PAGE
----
All of the main movements that are stated in this program focus on compound activities while having a secondary focus on isolation movements. Each week the intensity varies and the amount of rest between sets for each activity is optimal for building muscle.
The volume load for each muscle group per exercise is based on the recommended volume range for beginners. The greater part of the segments that work best to build muscle has been gathered in one perfect exercise outline.
Muscle Building Exercises:
When lifting weights it is important to use similar weights each set for every exercise. You would use a similar weight on each of the 3 sets, in the event that it says to complete 3 sets.
Week 3 and 4: (Phase 2)
This phase of the program is a progression of the first two weeks. We are going to shift our workouts from full body to split upper body and lower body routines. Instead of completing 3 sets like you did in phase one, we are going to increase the number of sets to 4 while still focusing on muscular hypertrophy and muscular strength (10-12 repetitions).
Monday: Lower Body Workout
Tuesday: Rest & Recovery Day
Wednesday: Upper Body Workout
Saturday: Rest & Recovery
Sunday: Rest & Recovery
Timing Load Increases:
How do you know when it is time to up your training load? I recommend following the 2-for-2 rule.
This rule states that if a person can perform two or more repetitions over their assigned repetition goal for a given exercise in the last set in two consecutive workouts, weight should be added to that exercise during the next training session.
I’m sure that your next question is going to be, well how much weight do I add? According to the National Strength and Conditioning Association (Essentials of Strength Training and Conditions, 2015, p. 460) increasing load increments are as follows:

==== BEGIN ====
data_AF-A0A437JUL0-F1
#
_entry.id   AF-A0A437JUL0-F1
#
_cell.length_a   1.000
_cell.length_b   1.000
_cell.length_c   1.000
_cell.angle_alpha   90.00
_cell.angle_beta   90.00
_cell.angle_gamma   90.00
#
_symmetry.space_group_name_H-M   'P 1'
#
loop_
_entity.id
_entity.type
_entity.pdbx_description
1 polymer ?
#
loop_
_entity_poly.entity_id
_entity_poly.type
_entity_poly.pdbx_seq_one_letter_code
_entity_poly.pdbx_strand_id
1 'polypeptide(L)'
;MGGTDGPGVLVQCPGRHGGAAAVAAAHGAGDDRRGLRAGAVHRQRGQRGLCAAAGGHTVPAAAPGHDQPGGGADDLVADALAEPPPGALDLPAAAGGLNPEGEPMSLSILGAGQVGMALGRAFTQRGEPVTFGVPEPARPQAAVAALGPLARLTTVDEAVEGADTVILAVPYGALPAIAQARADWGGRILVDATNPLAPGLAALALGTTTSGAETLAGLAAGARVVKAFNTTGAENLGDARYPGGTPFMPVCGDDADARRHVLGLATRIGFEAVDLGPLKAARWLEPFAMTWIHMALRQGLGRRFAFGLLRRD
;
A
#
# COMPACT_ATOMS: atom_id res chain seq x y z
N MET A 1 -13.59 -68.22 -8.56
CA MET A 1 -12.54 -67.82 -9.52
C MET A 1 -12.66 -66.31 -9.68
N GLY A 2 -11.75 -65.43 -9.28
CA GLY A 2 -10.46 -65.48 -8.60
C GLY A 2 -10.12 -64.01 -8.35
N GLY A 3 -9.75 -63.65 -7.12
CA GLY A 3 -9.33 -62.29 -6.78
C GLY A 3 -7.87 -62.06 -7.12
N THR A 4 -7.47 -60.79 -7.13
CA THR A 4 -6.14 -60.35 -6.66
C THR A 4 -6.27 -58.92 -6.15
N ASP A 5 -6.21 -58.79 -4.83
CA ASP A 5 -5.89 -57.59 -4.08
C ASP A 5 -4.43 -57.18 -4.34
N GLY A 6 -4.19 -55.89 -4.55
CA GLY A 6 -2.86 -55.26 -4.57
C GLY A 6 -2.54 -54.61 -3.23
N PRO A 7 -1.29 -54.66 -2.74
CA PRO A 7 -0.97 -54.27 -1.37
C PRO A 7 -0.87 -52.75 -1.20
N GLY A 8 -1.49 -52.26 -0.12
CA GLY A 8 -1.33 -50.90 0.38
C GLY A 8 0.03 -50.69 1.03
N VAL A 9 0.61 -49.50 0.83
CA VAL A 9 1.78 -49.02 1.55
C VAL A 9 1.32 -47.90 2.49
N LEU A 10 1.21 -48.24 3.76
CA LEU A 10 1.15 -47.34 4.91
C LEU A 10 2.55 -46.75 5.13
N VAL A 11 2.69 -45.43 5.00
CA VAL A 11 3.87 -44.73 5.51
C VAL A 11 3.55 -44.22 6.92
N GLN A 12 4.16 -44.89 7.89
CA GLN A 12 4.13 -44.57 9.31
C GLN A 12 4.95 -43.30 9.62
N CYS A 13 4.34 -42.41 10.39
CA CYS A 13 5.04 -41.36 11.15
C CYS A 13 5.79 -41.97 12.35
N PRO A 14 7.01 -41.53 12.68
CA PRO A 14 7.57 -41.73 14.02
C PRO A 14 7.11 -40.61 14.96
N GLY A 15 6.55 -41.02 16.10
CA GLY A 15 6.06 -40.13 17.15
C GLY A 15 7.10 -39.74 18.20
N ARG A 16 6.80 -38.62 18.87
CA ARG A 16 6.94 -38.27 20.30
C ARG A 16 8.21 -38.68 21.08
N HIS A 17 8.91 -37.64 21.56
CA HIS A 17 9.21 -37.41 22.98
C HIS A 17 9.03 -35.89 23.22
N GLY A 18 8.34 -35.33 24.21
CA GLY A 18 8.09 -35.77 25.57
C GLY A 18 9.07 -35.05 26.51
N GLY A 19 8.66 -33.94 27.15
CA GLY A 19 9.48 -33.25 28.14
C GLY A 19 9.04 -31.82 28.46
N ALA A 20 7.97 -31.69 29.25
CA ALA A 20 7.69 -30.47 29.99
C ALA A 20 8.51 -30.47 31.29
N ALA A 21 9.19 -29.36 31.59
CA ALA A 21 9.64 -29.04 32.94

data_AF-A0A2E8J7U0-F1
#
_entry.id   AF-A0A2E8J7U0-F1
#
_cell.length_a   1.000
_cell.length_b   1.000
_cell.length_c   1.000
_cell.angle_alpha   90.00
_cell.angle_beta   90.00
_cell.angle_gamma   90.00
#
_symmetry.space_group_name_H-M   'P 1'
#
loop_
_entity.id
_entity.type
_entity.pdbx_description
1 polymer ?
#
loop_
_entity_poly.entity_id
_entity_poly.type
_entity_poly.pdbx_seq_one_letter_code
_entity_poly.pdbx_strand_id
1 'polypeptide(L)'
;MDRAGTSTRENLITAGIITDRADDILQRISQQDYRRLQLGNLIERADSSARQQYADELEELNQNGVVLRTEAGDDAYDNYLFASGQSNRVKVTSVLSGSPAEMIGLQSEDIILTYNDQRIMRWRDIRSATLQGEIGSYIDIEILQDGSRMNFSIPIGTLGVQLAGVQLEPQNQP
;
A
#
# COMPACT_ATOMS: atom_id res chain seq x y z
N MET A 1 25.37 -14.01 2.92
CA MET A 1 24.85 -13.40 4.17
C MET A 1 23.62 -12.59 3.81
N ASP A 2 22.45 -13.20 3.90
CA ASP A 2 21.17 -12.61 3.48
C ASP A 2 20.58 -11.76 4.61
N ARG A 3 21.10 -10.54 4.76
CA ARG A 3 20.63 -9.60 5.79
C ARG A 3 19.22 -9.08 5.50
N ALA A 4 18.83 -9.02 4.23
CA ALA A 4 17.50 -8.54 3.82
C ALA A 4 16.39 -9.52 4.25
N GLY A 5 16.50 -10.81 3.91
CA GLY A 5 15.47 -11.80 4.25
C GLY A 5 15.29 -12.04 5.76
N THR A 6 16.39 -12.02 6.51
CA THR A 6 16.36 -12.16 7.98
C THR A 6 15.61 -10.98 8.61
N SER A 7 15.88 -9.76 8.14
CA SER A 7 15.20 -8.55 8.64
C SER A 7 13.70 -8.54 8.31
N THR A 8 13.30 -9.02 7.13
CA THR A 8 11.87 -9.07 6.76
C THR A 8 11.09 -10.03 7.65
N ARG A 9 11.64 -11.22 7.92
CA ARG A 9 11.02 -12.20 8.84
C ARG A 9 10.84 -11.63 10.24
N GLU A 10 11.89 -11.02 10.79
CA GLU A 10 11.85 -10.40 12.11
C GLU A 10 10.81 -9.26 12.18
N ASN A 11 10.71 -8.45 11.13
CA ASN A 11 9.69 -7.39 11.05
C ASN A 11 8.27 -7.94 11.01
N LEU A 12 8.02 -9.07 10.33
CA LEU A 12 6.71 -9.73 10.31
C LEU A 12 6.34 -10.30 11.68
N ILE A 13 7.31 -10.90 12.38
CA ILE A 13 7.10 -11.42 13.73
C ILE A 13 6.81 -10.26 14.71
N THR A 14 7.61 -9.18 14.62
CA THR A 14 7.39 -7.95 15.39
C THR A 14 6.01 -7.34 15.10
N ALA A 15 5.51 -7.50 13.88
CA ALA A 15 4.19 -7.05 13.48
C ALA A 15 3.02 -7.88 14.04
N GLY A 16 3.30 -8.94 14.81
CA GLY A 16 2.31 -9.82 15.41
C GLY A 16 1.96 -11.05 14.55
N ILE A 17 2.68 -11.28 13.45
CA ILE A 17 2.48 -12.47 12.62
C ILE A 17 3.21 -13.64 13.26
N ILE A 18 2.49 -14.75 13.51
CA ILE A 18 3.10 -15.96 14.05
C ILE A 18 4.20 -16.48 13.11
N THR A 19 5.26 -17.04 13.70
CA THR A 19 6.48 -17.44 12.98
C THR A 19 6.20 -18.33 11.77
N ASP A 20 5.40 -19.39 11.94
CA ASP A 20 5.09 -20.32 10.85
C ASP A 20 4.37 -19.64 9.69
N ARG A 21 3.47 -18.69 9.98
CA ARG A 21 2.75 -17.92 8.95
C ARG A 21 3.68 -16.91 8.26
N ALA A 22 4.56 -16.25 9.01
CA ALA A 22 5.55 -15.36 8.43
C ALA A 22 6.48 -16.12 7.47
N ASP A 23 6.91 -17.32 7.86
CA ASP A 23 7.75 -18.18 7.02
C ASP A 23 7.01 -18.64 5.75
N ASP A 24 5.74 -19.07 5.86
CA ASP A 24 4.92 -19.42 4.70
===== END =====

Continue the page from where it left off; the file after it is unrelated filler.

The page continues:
Description of Individual:
Body Area Exercise
Estimated Load Increase
Smaller, weaker, less trained
Larger, stronger, more trained
In conclusion this program is designed for beginners and should be followed as you see fit from the above program.
Although the exercises have not changed much between Phase 1 and 2, we have adjusted the Fitness components (frequency, intensity, time and type).
Most resistance training programs or phases of programs are designed to range between 4 to 6 weeks in duration.
This amount of time allows the body to progress through different movements without adjusting or becoming immune to any longer of a program.
Any program that lasts longer than 6 weeks increases your chances of developing a plateau. If you notice yourself plateauing this is a clear sign that you have to switch up your training program.
Within 4 weeks you can change the variables within the program but your exercises are still the same, you can change things such as the weight used and time under tension, how many sets and how many reps you do but the overall exercises don’t change within 4 weeks.
Haff, G., & Triplett, N. T. (2016). Essentials of strength training and conditioning (4th ed.). Champaign, IL: Human Kinetics.